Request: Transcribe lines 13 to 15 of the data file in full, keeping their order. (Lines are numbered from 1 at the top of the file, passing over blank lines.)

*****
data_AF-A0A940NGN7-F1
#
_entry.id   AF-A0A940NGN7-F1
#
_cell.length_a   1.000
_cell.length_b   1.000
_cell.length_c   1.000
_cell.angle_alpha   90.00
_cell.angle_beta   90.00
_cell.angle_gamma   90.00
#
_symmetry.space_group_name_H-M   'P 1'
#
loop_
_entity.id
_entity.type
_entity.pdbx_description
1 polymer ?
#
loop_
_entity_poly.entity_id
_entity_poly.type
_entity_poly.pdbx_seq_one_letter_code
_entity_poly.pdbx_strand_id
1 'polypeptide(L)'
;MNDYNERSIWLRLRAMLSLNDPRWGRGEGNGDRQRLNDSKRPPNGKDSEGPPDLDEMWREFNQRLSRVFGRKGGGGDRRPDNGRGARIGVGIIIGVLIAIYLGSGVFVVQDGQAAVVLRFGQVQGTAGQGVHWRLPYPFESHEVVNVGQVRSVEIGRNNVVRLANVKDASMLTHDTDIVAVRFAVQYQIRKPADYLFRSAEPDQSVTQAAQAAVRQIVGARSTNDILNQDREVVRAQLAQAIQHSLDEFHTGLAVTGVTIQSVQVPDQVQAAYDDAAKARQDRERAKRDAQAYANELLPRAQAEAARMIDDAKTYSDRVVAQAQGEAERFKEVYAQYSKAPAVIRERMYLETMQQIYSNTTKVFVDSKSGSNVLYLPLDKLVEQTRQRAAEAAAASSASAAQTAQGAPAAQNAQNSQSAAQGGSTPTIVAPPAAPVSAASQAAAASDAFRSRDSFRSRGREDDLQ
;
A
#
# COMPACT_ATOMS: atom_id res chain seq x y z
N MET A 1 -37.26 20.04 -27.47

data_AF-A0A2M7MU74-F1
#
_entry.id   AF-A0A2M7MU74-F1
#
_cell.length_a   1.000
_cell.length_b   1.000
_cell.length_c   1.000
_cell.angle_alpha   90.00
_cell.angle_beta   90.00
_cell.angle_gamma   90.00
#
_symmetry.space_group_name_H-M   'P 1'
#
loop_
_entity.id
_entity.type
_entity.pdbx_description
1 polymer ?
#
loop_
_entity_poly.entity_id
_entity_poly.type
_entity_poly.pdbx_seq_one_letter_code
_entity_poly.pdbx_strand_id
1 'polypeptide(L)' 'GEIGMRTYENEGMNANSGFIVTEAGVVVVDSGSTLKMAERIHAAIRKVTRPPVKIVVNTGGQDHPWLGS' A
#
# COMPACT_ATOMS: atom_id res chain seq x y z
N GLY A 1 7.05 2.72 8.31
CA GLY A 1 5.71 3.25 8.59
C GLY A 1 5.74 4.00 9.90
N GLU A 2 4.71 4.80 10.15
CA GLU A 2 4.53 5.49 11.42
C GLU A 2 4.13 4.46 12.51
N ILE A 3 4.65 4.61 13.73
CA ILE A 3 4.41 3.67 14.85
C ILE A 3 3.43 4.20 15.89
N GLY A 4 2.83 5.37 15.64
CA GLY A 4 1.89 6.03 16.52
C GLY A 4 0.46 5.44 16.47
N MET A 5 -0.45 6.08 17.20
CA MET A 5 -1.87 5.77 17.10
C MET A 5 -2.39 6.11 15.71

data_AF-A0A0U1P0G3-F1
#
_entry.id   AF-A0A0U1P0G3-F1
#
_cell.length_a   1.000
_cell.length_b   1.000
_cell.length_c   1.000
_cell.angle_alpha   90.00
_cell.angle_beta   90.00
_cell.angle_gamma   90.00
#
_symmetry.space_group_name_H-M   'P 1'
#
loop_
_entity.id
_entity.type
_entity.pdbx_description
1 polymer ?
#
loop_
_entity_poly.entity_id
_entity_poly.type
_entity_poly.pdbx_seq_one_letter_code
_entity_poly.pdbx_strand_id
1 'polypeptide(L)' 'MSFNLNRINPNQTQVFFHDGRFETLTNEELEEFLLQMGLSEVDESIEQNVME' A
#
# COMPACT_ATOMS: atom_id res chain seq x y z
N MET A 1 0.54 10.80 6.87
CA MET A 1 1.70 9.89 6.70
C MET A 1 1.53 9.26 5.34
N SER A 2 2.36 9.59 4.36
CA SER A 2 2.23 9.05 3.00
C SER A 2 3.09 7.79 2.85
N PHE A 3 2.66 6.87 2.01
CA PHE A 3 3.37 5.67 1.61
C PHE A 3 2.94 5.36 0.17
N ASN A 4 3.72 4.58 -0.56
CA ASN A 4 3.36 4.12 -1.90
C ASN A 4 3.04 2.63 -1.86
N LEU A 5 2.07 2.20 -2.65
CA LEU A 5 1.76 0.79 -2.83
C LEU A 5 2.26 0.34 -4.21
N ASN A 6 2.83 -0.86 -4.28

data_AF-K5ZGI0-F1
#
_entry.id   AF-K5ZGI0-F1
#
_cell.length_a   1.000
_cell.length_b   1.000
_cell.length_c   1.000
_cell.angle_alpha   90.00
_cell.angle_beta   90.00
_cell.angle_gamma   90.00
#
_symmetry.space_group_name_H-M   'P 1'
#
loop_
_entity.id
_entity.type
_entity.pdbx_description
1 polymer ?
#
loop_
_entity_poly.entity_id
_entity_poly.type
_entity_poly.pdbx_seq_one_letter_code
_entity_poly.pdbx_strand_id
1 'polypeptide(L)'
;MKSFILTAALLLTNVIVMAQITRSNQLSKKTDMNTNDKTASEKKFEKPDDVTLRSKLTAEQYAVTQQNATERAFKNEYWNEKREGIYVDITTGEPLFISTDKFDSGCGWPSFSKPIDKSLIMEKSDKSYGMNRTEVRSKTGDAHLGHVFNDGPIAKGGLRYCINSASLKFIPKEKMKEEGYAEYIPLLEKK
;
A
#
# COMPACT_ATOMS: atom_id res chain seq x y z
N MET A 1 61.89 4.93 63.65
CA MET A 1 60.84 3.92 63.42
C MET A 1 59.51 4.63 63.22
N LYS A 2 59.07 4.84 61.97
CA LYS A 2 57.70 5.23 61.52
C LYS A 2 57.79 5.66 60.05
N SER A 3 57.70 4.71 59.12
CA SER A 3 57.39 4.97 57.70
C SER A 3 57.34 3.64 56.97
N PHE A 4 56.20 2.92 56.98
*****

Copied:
#
loop_
_entity.id